Monday, March 23, 2009

Week Two, Round 1: Thrillers/Horror

The masters of suspense and the macabre tipped off over the weekend, with some fierce battles in nearly all of the games (though no actual deaths, either natural or supernatural, were reported). Here is a summary of the first round games:

#2 Dean Koontz vs. #7 Jeffrey Deaver
A frequent resident at the top of the best-seller lists, Dean Koontz' books have sold millions of copies and he has a huge fan base. Less well known is his play-making ability with a basketball. His opponent has been less prolific, but Jeffrey Deaver has also visited the best-seller list and his book The Bone Collector was made into a successful feature film. He is also a strong presence in the lane, renowned for his tremendous shot blocking ability and his "up and under" post moves, ala Kevin McHale. The two traded baskets early, and the game was up for grabs from the get go, with neither man able to gain more than a single point lead on the other. Back and forth they went, Deaver swatting away what looked like gimme layups for Koontz and Koontz smoothly stealing the ball from Deaver just when it seemed that Deaver was ready to slam the rock home. It came down to the final minute, all tied 5-5 when Koontz grabbed a loose ball and drove toward the hoop. Somehow, Deaver kept pace with the smaller, faster Koontz and smacked the ball away at the last minute, drawing boos from the Koontz fanbase, who wanted a foul on the play. But the officials let the play go and Deaver took the ensuing possession and swished a short fade away jumper just before the buzzer for an upset special, 6-5.

#3 Anne Rice vs. #6 Robert Bloch
Though Rice is more contemporary, her writing is more "old-school" than Bloch's, whose writing is known for its terseness and psychological horror (Psycho being the epitome of this style) and whose basketball game features some mad ball handling skills and powerful jams. Rice, author of the Vampire chronicles, is known for her florid prose and rich settings and a more traditional basketball expertise, grounded in her ability to run an excellent pick n' roll and many backdoor cuts. As with the first game in this bracket, the match up was a tight game throughout, back and forth with Rice gaining the early edge, 4-1, only to see Bloch come racing back to pull even at 4-4. After trading baskets, Bloch had an open jumper, but it caught the back of the iron and Rice out raced him to the rebound, executed a beautiful behind the back dribble to gain some space, then drove the length of the court for a tear drop layin just ahead of the buzzer and a 6-5 victory.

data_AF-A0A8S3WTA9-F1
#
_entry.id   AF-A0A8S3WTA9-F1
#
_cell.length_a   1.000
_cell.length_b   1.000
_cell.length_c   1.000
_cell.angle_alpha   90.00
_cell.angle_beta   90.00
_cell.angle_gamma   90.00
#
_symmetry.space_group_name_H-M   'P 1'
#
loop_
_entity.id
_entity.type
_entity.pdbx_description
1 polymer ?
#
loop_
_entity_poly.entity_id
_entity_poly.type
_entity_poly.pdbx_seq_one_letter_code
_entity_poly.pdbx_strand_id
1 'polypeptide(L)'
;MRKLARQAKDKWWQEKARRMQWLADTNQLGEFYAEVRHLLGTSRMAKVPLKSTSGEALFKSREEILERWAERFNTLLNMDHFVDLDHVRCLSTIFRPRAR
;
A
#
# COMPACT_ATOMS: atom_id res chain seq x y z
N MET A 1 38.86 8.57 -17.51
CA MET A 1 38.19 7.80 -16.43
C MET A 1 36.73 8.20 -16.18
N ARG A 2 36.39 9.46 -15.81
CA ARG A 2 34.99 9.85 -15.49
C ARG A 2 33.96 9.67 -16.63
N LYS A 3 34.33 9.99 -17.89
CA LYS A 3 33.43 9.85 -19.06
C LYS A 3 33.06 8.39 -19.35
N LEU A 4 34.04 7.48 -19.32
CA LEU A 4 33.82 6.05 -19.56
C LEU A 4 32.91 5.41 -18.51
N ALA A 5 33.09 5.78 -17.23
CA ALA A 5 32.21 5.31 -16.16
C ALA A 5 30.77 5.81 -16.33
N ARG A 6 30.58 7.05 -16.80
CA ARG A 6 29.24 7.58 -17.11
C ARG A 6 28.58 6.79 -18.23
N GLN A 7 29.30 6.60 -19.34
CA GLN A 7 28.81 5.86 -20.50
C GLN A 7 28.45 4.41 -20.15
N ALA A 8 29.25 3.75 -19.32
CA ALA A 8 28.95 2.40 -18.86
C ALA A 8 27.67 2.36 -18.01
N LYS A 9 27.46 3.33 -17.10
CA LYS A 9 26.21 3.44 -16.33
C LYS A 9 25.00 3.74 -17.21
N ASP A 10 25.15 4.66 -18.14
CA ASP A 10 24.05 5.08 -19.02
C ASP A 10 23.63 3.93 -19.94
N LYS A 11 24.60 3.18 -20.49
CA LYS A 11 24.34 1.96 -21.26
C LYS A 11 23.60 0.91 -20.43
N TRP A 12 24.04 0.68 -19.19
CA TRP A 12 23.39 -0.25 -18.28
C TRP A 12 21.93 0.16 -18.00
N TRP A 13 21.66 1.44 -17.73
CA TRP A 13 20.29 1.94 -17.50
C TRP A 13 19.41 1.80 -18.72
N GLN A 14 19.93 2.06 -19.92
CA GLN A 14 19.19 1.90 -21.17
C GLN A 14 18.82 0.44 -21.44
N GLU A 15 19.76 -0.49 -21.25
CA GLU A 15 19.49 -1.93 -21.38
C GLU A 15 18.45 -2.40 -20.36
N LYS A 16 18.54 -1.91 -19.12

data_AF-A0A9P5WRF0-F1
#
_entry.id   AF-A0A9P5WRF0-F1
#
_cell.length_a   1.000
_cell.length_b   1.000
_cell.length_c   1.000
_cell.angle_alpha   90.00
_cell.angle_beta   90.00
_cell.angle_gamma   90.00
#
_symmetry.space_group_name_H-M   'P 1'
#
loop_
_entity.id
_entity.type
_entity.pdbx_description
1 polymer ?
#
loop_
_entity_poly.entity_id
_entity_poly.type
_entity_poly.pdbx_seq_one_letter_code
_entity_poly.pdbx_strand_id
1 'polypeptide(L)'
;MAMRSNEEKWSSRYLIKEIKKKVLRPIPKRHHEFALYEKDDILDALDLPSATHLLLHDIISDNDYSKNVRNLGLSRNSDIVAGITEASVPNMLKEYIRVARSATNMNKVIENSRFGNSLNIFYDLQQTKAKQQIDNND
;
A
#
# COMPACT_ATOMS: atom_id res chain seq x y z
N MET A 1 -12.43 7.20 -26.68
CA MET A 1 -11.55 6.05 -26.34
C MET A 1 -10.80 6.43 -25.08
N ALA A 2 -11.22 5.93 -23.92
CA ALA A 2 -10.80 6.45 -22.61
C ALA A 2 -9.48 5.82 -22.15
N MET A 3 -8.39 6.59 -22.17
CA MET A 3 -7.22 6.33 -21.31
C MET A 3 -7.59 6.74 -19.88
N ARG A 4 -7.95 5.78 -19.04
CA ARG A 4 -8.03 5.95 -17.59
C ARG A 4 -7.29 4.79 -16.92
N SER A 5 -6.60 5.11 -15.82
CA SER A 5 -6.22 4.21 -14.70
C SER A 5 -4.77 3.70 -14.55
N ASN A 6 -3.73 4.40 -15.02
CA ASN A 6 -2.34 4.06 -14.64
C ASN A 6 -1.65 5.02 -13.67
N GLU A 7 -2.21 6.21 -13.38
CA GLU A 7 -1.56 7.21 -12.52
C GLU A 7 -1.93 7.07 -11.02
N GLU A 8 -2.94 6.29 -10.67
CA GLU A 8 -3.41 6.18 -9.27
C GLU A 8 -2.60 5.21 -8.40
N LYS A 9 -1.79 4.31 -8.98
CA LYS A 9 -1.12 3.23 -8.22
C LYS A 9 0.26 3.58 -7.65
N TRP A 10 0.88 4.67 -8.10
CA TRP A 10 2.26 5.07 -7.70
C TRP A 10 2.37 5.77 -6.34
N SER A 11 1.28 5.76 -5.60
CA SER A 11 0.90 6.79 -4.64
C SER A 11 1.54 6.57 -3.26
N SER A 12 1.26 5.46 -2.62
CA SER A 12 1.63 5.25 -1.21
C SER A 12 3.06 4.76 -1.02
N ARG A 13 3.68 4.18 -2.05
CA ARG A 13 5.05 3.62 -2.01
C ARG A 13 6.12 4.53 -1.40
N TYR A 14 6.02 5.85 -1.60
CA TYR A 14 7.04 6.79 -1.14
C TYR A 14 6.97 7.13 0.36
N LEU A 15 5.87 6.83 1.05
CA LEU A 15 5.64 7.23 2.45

#4 James Patterson vs. #5 Edgar Allan Poe
A contrast in styles, the 4 v. 5 match up was just as tight as the previous two games. James Patterson is the new guy on the block, a multi-million selling author of a string of psychological thrillers and action adventures. Poe is one of the fathers of the macabre and the horror genre, and he even has an NFL football team named after one of his characters. Both are also known for their fade away jumpshots and willingness to dish the rock to their teammates. A classic, strength on strength match up, that seesawed back and forth all game. Poe had a slim early lead, 3-1, but Patterson rallied to tie it at 3-3, then again at 4-4 and 5-5. But Patterson could never quite climb that hill-- he tied the game, but could not take the lead and in the end Poe was able to edge him out 6-5, setting up a second round match up with Stephen King.

#1 Stephen King vs. #8 Harlan Ellison
It would be my opinion that Stephen King is the better storyteller than Harlan Ellison, but that Ellison is the better writer. On this day, for this game, the storyteller won and won fairly easily. King jumped out to a quick 4-0 lead and Ellison was never able to threaten after that, scoring only twice in a 9-2 thrashing. The victory moved King into a second round game against Poe in a most intriguing battle.

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